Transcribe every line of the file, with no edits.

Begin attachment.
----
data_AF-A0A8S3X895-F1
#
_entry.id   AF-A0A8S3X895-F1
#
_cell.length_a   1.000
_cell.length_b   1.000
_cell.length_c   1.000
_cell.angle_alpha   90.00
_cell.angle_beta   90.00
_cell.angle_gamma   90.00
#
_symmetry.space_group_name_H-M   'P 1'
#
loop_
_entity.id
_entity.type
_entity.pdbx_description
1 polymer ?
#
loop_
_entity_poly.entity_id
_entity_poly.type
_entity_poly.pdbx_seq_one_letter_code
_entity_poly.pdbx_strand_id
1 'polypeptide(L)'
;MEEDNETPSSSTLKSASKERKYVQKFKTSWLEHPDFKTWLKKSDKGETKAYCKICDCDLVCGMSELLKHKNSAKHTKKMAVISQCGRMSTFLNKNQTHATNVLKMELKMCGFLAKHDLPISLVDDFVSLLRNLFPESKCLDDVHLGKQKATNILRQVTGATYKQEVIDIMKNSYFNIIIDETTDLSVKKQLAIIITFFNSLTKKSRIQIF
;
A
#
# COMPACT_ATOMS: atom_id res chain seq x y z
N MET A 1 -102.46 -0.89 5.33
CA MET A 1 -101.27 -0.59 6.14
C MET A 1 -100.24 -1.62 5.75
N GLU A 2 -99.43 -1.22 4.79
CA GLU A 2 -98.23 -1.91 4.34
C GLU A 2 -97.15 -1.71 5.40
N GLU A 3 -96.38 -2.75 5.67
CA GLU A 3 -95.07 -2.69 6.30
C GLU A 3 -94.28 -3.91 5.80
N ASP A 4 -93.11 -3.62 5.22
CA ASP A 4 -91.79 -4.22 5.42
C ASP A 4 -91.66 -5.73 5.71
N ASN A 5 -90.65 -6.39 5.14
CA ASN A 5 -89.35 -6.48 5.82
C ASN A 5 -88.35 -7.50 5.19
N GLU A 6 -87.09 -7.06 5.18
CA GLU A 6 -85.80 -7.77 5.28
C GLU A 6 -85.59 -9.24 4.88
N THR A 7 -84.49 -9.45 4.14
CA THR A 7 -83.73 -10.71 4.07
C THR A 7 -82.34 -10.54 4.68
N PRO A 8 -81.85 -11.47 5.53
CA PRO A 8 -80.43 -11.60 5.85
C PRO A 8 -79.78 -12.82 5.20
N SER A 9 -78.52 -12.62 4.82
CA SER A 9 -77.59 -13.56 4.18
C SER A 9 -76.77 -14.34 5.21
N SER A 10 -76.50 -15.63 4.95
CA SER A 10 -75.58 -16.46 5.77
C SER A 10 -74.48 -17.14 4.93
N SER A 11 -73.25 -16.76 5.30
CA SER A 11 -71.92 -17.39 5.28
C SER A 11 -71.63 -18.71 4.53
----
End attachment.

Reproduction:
data_AF-A0A8S3X895-F1
#
_entry.id   AF-A0A8S3X895-F1
#
_cell.length_a   1.000
_cell.length_b   1.000
_cell.length_c   1.000
_cell.angle_alpha   90.00
_cell.angle_beta   90.00
_cell.angle_gamma   90.00
#
_symmetry.space_group_name_H-M   'P 1'
#
loop_
_entity.id
_entity.type
_entity.pdbx_description
1 polymer ?
#
loop_
_entity_poly.entity_id
_entity_poly.type
_entity_poly.pdbx_seq_one_letter_code
_entity_poly.pdbx_strand_id
1 'polypeptide(L)'
;MEEDNETPSSSTLKSASKERKYVQKFKTSWLEHPDFKTWLKKSDKGETKAYCKICDCDLVCGMSELLKHKNSAKHTKKMAVISQCGRMSTFLNKNQTHATNVLKMELKMCGFLAKHDLPISLVDDFVSLLRNLFPESKCLDDVHLGKQKATNILRQVTGATYKQEVIDIMKNSYFNIIIDETTDLSVKKQLAIIITFFNSLTKKSRIQIF
;
A
#
# COMPACT_ATOMS: atom_id res chain seq x y z
N MET A 1 -102.46 -0.89 5.33
CA MET A 1 -101.27 -0.59 6.14
C MET A 1 -100.24 -1.62 5.75
N GLU A 2 -99.43 -1.22 4.79
CA GLU A 2 -98.23 -1.91 4.34
C GLU A 2 -97.15 -1.71 5.40
N GLU A 3 -96.38 -2.75 5.67
CA GLU A 3 -95.07 -2.69 6.30
C GLU A 3 -94.28 -3.91 5.80
N ASP A 4 -93.11 -3.62 5.22
CA ASP A 4 -91.79 -4.22 5.42
C ASP A 4 -91.66 -5.73 5.71
N ASN A 5 -90.65 -6.39 5.14
CA ASN A 5 -89.35 -6.48 5.82
C ASN A 5 -88.35 -7.50 5.19
N GLU A 6 -87.09 -7.06 5.18
CA GLU A 6 -85.80 -7.77 5.28
C GLU A 6 -85.59 -9.24 4.88
N THR A 7 -84.49 -9.45 4.14
CA THR A 7 -83.73 -10.71 4.07
C THR A 7 -82.34 -10.54 4.68
N PRO A 8 -81.85 -11.47 5.53
CA PRO A 8 -80.43 -11.60 5.85
C PRO A 8 -79.78 -12.82 5.20
N SER A 9 -78.52 -12.62 4.82
CA SER A 9 -77.59 -13.56 4.18
C SER A 9 -76.77 -14.34 5.21
N SER A 10 -76.50 -15.63 4.95
CA SER A 10 -75.58 -16.46 5.77
C SER A 10 -74.48 -17.14 4.93
N SER A 11 -73.25 -16.76 5.30
CA SER A 11 -71.92 -17.39 5.28
C SER A 11 -71.63 -18.71 4.53